The Importance of Resiliency


Within the past month, major hurricanes hit Florida, Texas, and Puerto Rico, two earthquakes only days apart, led to the loss of over 100 lives and the destruction of massive amounts of infrastructure in Mexico, and hundreds of thousands of acres of land have burned in the Pacific Northwest from wildfires.

These events coincided with the annual National Preparedness Month. The message of the month is it is not a question of if a natural disaster will affect your community, but rather, when? The unpreventable, and often unpredictable, aspect of natural disasters is what strikes fear into the hearts of the citizens of towns which they affect.

But our technology is advancing, allowing us to be better prepared, including by building more resilient infrastructure.  The National Institute of Standards and Technology has a six-step process to planning for community resilience.

  1. Form a collaborative planning team
  2. Understand the situation
    • Social Dimensions
    • Build Environment
    • Link Social Functions and Built Environment
  3. Determine goals and objectives
  4. Develop a plan
  5. Prepare, review, and approve a plan
  6. Implement and maintain the plan

The ASCE 2017 Report Card lists the infrastructure Game Changers, the new technologies or systems of implementation that are changing the way we view infrastructure itself, and how we build it. With a focus on resiliency, places like the San Francisco Airport (SFO) are leading the way in the effort to make our nation’s infrastructure more prepared for a natural disaster. After the 1989 Loma Prieta earthquake shut down the air traffic control tower at the SFO, the need for resilient infrastructure was clear to airport administrators, including in the design of SFO’s newly completed air traffic control tower. The new tower is designed to withstand a 7.5 magnitude earthquake, and features an innovative post-tensioning system that can clamp the structure back into place during a seismic event. This technology, combined with a reinforced concrete core and 40,000-pound steel damper blocks that protect the tower from wind, makes the structure a model of resilient engineering and ensures that the San Francisco International Airport will be safer and more reliable due to a control tower that stays in control even after an earthquake.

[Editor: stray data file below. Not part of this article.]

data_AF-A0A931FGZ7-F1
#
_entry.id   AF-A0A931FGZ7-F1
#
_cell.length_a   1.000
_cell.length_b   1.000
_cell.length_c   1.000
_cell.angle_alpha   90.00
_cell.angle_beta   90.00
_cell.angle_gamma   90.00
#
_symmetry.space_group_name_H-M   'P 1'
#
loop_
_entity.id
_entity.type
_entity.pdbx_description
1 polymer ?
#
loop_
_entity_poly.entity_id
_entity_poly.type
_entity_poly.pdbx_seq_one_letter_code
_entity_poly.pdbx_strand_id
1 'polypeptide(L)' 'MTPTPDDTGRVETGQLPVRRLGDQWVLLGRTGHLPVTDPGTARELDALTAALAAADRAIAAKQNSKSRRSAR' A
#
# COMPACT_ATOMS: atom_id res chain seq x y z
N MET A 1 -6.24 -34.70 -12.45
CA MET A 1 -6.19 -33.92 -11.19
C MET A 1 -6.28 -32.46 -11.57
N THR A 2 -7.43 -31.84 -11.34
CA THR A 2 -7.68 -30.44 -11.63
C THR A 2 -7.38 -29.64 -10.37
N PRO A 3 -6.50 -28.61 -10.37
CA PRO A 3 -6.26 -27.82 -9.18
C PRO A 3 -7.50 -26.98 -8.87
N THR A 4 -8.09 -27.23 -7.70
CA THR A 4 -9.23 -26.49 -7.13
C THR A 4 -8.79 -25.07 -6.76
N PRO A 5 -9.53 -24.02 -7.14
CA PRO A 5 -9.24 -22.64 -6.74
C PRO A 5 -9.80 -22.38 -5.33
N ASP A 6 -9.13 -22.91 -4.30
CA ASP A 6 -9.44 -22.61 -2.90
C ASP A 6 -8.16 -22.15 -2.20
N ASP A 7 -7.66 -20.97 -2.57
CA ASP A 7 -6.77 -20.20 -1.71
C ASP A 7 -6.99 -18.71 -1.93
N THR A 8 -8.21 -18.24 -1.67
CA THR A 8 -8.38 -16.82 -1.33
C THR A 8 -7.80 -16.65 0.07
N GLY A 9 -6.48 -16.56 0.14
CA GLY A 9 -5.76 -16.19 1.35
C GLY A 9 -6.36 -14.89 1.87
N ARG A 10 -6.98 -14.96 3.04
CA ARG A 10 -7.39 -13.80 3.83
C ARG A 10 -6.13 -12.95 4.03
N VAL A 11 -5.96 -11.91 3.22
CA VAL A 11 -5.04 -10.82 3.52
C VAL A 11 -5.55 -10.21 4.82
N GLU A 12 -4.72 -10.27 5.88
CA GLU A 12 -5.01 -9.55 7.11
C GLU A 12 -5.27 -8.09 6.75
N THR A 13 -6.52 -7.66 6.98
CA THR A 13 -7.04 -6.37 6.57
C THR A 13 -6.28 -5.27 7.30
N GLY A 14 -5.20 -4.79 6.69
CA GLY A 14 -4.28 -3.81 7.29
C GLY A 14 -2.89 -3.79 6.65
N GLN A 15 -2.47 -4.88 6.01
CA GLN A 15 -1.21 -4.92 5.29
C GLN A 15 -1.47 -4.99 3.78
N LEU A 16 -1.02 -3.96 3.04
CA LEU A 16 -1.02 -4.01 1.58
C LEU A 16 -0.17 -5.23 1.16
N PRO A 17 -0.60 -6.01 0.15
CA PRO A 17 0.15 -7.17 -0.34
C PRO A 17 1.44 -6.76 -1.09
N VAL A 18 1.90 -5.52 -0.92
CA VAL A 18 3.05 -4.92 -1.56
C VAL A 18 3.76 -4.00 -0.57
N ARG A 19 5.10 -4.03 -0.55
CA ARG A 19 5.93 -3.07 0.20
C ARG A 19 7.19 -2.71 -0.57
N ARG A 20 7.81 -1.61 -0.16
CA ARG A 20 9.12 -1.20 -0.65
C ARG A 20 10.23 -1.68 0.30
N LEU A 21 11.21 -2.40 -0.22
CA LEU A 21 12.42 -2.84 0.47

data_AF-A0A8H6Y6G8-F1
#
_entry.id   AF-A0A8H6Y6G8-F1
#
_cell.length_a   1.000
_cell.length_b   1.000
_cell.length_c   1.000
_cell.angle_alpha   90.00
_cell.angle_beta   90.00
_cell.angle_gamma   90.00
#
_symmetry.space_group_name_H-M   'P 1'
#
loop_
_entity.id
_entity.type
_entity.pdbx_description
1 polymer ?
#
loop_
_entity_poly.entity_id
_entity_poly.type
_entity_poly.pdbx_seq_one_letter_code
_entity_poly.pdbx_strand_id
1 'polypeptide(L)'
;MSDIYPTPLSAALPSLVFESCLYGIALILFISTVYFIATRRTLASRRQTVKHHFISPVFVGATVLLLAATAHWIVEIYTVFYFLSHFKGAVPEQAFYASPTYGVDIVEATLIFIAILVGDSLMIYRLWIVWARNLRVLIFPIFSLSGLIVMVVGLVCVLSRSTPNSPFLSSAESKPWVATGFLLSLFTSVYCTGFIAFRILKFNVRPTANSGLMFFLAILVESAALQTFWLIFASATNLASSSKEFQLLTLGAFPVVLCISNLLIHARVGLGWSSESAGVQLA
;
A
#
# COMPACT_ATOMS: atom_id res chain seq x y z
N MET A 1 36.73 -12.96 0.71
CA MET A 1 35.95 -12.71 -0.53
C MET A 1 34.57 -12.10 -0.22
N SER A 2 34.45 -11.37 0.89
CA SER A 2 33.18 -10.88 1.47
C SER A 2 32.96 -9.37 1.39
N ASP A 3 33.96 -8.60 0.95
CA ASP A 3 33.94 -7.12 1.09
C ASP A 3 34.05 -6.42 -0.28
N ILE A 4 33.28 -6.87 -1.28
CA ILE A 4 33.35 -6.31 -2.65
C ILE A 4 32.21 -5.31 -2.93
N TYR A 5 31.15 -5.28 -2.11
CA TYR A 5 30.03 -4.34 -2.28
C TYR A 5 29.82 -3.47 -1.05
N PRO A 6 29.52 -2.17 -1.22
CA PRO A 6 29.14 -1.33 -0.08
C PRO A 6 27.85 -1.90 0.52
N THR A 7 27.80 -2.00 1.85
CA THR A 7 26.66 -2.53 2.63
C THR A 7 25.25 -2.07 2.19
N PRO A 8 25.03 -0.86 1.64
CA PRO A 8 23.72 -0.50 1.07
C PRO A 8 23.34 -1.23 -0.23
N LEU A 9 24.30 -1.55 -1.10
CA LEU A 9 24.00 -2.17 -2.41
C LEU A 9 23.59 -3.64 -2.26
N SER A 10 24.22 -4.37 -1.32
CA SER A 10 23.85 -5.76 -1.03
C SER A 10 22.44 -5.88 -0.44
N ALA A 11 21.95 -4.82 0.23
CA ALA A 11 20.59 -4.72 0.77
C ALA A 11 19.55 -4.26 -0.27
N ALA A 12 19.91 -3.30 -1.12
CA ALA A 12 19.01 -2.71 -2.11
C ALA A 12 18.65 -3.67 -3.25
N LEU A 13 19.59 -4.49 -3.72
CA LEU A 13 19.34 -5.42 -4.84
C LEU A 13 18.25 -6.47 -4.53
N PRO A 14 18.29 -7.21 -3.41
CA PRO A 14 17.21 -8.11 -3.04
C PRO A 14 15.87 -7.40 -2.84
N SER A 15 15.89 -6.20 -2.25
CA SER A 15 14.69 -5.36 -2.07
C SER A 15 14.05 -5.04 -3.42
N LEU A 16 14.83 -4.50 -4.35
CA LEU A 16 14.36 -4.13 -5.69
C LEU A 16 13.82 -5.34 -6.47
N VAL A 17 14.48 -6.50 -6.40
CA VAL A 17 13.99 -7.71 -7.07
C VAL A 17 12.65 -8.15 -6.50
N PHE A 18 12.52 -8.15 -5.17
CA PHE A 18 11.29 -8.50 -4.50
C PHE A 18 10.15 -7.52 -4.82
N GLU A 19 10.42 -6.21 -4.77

It is time to stop building for now, and start designing for the future.


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